Help close the consensus gap: 45 percent of the public think there is scientific agreement on global warming, while 97 percent of climate scientists actually agree on global warming. When people don't think there's a scientific consensus, they're less likely to support action on climate change. Graphic: The Consensus Project

By Dana Nuccitelli   
28 May 2013

(The Guardian) – The Skeptical Science survey finding 97% expert consensus on human-caused global warming has drawn an incredible amount of media attention. Hundreds of media stories documented our survey and results. Lead author John Cook and I participated in a number of interviews to discuss the paper, including on Al Jazeera, CNN, and ABC. President Obama even Tweeted about our results to his 31 million followers.

The story has been so popular mainly because our results present a simple but critical message. There is a wide gap between the public awareness and the reality of the expert consensus on human-caused global warming.

Additionally, as John Cook has discussed, research has shown that perception of consensus is linked to support for climate policy. This is true along most of the ideological spectrum – when people are aware of the expert consensus on human-caused global warming, they are more likely to support taking action to solve the problem.

Opponents of climate action have been aware of the powerful influence of the scientific consensus for decades. As far back as 1991, Western Fuels Association launched a $510,000 campaign to "reposition global warming as theory (not fact)" in the public perception. A memo from communications strategist Frank Luntz leaked in 2002 advised Republicans "to continue to make the lack of scientific certainty a primary issue in the debate."

Thus although our results were straightforward and consistent with previous research, we were not surprised when they met with resistance from certain groups, and anticipated the critiques with an FAQ. However, in reviewing the various criticisms of our paper, we noticed some common threads amongst them. A 2009 paper published in the European Journal of Public Health by Pascal Diethelm and Martin McKee discussed five characteristics common to scientific denialism:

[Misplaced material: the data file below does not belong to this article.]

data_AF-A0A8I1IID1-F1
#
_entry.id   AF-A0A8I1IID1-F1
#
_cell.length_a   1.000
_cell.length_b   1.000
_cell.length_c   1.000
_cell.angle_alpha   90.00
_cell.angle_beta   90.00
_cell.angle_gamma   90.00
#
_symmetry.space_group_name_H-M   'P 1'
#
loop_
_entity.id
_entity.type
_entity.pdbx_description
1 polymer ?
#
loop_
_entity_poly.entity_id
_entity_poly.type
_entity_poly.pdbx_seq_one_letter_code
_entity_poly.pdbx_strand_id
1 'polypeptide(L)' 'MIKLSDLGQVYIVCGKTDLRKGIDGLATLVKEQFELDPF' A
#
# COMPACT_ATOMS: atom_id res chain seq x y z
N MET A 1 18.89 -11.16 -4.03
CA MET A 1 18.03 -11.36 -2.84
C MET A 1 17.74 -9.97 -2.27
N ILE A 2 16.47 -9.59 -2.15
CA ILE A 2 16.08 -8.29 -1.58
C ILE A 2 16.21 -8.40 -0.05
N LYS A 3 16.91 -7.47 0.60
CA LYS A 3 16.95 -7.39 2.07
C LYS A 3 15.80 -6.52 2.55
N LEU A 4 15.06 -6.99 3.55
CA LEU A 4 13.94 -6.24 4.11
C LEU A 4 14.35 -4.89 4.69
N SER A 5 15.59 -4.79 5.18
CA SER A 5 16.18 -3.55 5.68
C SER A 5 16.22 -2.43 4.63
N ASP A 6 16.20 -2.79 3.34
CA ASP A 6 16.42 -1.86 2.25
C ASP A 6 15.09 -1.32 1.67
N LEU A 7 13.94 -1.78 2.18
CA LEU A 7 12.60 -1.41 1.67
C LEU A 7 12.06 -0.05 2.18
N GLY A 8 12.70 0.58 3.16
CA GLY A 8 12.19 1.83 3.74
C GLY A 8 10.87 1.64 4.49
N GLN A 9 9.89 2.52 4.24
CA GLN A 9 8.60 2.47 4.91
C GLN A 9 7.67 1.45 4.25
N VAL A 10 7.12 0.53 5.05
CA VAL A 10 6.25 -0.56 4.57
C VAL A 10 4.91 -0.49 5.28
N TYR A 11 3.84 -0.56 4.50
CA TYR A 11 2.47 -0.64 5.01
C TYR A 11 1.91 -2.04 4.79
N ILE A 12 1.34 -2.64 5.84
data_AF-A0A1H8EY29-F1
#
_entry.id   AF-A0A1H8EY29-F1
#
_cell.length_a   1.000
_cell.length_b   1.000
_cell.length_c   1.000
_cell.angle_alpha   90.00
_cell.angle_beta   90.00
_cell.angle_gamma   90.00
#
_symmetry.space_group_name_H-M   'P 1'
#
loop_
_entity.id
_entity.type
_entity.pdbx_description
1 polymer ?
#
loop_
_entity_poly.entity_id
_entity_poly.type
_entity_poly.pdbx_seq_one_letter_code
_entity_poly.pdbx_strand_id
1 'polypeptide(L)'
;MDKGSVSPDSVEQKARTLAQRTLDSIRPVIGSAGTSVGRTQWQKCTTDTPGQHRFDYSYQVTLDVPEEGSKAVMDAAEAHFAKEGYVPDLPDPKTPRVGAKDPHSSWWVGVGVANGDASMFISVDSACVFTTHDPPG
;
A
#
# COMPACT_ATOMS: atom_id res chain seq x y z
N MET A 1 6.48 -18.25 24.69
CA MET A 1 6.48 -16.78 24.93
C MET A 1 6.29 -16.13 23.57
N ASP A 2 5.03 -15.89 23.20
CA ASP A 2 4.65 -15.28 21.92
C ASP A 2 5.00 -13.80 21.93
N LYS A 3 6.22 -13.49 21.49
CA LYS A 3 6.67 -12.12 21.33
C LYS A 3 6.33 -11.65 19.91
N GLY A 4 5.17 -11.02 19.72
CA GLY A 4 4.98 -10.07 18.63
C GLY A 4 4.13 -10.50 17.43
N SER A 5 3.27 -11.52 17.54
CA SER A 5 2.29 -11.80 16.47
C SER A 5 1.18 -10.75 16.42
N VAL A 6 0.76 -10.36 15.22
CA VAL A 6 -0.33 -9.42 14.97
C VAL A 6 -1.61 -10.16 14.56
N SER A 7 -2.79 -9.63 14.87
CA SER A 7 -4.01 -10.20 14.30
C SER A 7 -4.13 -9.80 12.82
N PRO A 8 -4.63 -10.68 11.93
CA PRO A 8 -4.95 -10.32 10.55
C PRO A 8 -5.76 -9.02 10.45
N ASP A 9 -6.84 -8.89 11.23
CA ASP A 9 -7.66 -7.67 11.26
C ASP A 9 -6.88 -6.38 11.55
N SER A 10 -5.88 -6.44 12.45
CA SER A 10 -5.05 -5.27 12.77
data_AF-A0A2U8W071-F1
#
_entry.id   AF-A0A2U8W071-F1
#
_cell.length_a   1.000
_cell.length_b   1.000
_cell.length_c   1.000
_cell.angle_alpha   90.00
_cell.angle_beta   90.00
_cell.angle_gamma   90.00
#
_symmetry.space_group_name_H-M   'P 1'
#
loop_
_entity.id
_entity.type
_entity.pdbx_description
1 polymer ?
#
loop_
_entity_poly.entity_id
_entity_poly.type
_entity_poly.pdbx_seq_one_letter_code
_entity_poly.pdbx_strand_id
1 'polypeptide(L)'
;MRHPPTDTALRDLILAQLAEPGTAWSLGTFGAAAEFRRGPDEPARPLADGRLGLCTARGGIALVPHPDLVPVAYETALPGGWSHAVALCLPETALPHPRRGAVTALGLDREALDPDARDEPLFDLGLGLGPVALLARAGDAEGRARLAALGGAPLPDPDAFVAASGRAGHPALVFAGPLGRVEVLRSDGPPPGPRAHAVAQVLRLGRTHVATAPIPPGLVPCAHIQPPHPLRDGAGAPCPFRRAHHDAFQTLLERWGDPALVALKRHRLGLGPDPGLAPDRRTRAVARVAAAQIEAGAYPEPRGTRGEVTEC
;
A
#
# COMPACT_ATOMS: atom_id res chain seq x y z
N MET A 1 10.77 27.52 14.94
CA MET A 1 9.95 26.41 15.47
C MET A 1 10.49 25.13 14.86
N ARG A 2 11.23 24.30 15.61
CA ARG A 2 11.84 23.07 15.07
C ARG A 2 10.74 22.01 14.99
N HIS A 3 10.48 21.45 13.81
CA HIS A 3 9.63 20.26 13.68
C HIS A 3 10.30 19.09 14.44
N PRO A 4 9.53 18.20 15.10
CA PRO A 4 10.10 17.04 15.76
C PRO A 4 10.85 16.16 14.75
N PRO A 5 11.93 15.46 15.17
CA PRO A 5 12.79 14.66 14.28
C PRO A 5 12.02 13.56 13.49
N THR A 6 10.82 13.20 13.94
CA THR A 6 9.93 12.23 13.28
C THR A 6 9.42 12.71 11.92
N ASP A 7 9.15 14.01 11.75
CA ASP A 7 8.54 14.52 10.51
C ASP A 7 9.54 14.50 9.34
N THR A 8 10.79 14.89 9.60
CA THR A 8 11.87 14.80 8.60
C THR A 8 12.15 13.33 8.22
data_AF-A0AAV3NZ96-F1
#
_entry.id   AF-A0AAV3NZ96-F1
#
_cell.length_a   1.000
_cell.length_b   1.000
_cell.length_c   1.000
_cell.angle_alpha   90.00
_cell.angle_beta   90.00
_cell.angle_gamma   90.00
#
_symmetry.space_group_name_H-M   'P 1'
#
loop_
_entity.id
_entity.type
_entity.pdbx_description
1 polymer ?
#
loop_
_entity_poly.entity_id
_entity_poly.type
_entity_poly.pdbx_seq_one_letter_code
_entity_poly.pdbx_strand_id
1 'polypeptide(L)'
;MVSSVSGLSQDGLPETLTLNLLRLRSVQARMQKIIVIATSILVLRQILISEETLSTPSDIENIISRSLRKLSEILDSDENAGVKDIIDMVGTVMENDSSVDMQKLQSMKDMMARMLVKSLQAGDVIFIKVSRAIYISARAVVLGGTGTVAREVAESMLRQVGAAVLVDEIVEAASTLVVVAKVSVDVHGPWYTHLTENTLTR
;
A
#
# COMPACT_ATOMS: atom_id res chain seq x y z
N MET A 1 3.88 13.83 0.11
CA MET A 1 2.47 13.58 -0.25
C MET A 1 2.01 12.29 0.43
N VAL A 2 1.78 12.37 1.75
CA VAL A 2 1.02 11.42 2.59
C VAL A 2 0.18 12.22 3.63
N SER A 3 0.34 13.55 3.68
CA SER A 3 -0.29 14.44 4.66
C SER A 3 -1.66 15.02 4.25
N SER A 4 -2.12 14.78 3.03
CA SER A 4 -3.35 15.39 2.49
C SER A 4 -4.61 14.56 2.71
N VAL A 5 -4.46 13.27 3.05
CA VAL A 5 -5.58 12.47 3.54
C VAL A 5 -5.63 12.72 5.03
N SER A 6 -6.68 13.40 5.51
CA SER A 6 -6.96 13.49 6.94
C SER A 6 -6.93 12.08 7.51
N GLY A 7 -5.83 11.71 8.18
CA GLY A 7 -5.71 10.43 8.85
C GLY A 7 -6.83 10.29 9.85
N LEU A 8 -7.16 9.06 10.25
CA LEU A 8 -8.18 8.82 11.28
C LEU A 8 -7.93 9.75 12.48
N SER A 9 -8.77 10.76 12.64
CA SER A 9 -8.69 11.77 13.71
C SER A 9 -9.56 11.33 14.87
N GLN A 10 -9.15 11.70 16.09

1) Cherry picking;
2) Fake experts;
3) Misrepresentation and logical fallacies;
4) Impossible expectations of what research can deliver; and
5) Conspiracy theories.

These characteristics were present throughout the criticisms of our paper, and in fact we found examples of each of the five characteristics among them.

For example, the author of one blog post contacted a handful of scientists whose papers were included in our survey and claimed that we had 'falsely classified' their papers. Climate economist Richard Tol echoed the criticism of our paper in this blog post. This particular criticism manages to check off three of the five characteristics of scientific denialism.

Specifically contacting these few scientists is a classic example of cherry picking. Our survey received responses from 1,200 climate researchers; the author of this post carefully selected a few of them who all just happen to be well-known climate 'skeptics'. It's also a variant of the fake expert characteristic, as John Cook explained in his textbook with G. Thomas Farmer, Climate Change Science: A Modern Synthesis.

"A variation of the Fake Expert strategy is to take the handful of remaining dissenting climate scientists and magnify their voices to give the impression of more significant disagreement then there actually is."

The handful scientists contacted for this blog post are among the less than 3% of climate researchers who dispute human-caused global warming. As a result, the voices of this small minority of 'skeptics' are magnified. [more]

97% global warming consensus meets resistance from scientific denialism


  1. Steve said...

    You cant fake 400ppm. Thats a fact, another is we have not had this level for millions of years, and the third is that an atmosphere with increasing CO2 gets warmer. Case closed.  


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